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Discussion Starter · #1 ·
Here is a pic of my newly installed TBH. Bees have been in for less than 48 hours, already drawing comb (see right of pic). On the left of pic, you can see the condensation. By later in the day, there is no condensation at all. Since I am a newbie, I would like to be assured (or not) about whether this amount of early morning condensation is acceptable. In the middle picture, the false back is shown to the left of the window. I am at 4,500', dry, desert-like climate, night temps now in the low 40ies, days highs in the high 60ies or low 70ies. Soon to change for the warmer, though. Thank you for your advice and mentorship.

PS ... might you be able to tell me what kind of bees these are? It was a swarm caught a few days ago, and I am too new at bees to be able to recognize them ..

sylvia

bees 1.r.jpg

bees 2.r.jpg

bees 3.r.jpg
 

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Mine do as well. I seem to remember reading that a bit of condensation CAN be a good thing. It gives the girls a source of fresh water without them having to leave the hive (maybe the experienced beekeepers here can confirm this?).

That said, i'm worried about the wet winters of the Pacific Northwest. We shall see ...
 

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Estreya, For more beekeeping info in the Pacific NW there is a great forum you can check out. The link there is: http://wabeekeepersforum.proboards.com/. The forum does not have the traffic that you see here but it is local for your area and should be very helpful. Yes it is very wet here in the winters but it does not have to be too big of a problem. Most of the moisture problems can be solved with a top entrance in the winter.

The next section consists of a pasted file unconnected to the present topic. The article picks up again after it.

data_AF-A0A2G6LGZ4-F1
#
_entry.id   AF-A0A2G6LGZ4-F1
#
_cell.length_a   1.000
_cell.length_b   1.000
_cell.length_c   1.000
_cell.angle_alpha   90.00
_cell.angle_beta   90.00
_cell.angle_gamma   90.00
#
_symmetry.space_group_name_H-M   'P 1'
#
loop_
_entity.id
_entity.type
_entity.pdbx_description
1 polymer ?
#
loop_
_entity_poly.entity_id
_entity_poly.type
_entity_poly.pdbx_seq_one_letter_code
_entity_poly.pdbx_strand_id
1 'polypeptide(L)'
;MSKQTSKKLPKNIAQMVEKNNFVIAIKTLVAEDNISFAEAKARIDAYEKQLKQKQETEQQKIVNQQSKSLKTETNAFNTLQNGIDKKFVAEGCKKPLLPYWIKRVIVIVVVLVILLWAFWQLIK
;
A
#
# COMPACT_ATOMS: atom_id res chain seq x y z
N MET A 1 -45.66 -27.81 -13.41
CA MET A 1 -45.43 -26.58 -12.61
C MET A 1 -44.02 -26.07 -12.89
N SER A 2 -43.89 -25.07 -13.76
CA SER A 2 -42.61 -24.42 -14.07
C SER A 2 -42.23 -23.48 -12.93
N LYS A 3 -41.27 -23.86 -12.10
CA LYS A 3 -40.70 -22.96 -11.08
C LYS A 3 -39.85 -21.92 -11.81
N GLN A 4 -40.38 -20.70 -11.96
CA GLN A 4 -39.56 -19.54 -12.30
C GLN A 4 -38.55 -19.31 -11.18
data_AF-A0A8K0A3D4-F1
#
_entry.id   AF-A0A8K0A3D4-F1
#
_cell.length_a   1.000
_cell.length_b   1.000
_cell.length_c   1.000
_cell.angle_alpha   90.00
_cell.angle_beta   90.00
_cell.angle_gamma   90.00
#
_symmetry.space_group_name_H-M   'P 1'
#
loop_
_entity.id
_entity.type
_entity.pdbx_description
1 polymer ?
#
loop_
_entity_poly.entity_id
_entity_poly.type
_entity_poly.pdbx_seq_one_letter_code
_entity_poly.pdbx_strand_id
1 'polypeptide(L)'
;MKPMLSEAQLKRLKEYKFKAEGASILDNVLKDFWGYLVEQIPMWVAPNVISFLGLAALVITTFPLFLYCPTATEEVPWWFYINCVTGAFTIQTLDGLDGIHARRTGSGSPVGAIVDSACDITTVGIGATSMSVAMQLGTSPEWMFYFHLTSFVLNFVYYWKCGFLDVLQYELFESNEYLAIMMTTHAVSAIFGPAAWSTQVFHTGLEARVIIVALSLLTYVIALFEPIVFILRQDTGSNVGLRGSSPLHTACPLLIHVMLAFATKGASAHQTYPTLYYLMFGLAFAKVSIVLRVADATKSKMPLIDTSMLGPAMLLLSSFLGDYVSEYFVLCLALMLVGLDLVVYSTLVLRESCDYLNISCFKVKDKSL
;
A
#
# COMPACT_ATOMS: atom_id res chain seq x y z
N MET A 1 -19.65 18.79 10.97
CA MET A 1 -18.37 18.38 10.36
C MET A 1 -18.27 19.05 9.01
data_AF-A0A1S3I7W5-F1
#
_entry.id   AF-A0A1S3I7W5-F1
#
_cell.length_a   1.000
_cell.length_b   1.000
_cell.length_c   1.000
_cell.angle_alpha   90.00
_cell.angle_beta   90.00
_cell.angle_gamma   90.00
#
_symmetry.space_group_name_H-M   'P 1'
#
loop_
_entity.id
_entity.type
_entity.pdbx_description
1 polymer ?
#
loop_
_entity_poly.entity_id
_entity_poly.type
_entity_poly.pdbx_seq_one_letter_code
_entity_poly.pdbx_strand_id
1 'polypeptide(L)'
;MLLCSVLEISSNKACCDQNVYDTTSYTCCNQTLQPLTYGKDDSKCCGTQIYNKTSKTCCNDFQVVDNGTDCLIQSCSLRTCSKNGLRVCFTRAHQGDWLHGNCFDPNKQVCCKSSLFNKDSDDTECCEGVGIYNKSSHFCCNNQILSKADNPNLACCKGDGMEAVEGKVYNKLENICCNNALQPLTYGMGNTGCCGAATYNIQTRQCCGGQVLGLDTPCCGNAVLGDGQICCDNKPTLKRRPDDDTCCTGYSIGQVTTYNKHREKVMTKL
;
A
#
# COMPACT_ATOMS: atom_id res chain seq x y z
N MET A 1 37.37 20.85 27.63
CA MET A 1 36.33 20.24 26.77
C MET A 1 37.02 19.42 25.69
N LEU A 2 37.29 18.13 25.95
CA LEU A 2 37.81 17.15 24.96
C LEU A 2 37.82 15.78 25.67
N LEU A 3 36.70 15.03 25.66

And in keeping with this thread, I too get some moisture in the morning. All those bees do give off moisture like all living things.
 

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Discussion Starter · #7 ·
I would consider placing a thin styrofoam plate on the outer side of the pane to keep it warmer.
In that way you can prevent the vapor condensation inside.
My mistake, sorry. I should have specified that the window has a wooden panel on top of it all the time, I only take off the panel to watch the inside of the hive and expose the glass, very briefly. In other words, that condensation appears to have collected overnight after they spent the night with wood paneling covering the window.

sylvia
 

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Discussion Starter · #9 ·
I will check into that! Thank you for the helpful suggestions.

sylvia (please disregard pictures ... I messed up, they are for a different thread .... I am still learning to navigate the forum, sorry ...)
 

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Condensation happens as a results of a difference in temperature between the outside and the inside of the surface. Viewing windows are much more prone to condensation as they are no absorbant and thin.
like msscha says Ed Clark's book is quite a valuable read
http://www.biobees.com/library/gener...g_EdClarke.pdf.